To kick off Temple Student Government’s first Sexual Assault Prevention Week, several dozen students and staff came together at Owl Stand Up, an event centered around different art forms to combat sexual assault.
The Skate Park on the corner of Broad Street and Cecil B. Moore Avenue was filled with students who wanted their voices heard, not just through speaking, but through art, poetry and music.
This event was coordinated by Student Body President Tyrell Mann-Barnes and Amelia Burns, the president of Student Activists Against Sexual Assault.
“This is the first event at night, so it is ultimately going to give people who often feel silenced in these kinds of times a voice and to feel more empowered on campus,” Director of TSG Communications Sarah Madaus said.
Upon entry to the Skate Park, there was a mattress on display that read, “1 in 5 women will be raped in their lifetime.”
The perimeter of the park was lined with heart-shaped stickers reading, “worthy,” plastered on the walls behind where the stations were positioned.
The Skate Park was lined with tables dedicated to student and Philadelphia organizations, all using their platforms to speak out against sexual assault. These tables were occupied by representatives from organizations like Planned Parenthood and student organization Feminist Majority Leadership Alliance. Spoken word poets and musicians also performed at the event.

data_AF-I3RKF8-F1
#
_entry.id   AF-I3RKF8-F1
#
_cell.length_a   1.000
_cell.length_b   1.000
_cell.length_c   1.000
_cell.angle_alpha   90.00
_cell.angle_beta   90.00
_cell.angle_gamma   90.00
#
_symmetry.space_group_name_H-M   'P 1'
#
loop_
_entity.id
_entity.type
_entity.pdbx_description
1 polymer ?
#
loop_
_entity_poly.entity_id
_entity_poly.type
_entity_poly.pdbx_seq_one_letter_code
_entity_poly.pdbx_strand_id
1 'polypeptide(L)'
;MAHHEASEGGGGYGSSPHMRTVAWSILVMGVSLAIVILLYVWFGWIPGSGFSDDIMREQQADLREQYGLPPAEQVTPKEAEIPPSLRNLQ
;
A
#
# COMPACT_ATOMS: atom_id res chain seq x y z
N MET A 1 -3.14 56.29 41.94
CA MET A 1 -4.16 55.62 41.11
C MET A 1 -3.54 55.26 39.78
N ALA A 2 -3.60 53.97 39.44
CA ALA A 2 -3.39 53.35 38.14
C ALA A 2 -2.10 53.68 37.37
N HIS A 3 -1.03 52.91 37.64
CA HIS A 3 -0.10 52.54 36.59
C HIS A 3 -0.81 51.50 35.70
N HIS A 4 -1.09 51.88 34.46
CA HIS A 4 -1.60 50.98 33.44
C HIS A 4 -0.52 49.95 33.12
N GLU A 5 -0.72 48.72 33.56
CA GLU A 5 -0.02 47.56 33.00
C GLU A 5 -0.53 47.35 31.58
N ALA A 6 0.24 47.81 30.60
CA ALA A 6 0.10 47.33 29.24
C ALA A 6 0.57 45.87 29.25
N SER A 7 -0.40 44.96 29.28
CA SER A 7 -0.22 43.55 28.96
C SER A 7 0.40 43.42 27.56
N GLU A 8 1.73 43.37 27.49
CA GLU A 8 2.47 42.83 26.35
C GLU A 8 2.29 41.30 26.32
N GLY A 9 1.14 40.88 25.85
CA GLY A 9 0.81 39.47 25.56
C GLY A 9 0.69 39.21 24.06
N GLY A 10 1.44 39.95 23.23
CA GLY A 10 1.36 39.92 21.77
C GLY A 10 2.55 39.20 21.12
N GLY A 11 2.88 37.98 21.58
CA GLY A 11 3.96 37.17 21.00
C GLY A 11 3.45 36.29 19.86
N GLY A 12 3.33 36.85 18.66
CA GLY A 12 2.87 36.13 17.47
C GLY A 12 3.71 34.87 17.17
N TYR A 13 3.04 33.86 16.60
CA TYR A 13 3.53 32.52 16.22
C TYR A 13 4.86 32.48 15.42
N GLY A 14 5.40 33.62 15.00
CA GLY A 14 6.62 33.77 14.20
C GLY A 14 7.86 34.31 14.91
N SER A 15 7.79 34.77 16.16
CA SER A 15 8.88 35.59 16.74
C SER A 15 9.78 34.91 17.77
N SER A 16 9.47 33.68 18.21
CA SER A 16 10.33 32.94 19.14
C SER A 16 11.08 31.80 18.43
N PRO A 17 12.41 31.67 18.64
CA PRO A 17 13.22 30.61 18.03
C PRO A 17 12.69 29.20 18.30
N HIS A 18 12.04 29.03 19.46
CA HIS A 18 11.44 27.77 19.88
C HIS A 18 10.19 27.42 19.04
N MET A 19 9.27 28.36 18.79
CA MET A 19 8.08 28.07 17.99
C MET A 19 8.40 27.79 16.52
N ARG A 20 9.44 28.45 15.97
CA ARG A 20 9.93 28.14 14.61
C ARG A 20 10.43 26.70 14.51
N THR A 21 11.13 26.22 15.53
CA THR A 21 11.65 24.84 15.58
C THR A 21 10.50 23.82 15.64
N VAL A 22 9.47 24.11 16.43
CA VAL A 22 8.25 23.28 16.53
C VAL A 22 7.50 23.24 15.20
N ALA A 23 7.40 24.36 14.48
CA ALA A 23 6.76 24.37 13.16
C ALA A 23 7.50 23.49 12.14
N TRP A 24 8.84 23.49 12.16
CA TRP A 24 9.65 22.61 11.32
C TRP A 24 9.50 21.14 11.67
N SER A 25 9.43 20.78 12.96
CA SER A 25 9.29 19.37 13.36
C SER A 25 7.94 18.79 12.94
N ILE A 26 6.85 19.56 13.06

One station was dedicated to pledge against U.S. Secretary of Education Betsy DeVos and her department’s attempt to loosen restrictions around Title IX this past week.
The center of the park was lined with art on canvas, many displaying women of all shapes, sizes and colors.
Senior risk management major Jaycee Homsher’s artwork was showcased at the event.
Homsher, under his brand JokesArt, makes custom art upon request. He specializes in painting pieces based on song lyrics. From Frank Ocean to Jay-Z, lyrics paired with illustrations were on display for the attendees to see.
“It’s important, all of this stuff that Temple is doing,” Homsher said. “We definitely need to do more of this stuff, not only at Temple, but outside in the Philly community. Any step forward to stopping [sexual assault] is good.”
FMLA member and social work major Jaid Munczinski said the event was a necessary step for Temple ending sexual assault.
“It’s great to see all of the other organizations on campus showing up for this event,” Munczinski said. “It’s encouraging that we have other people on campus who are also interested in making a culture change.”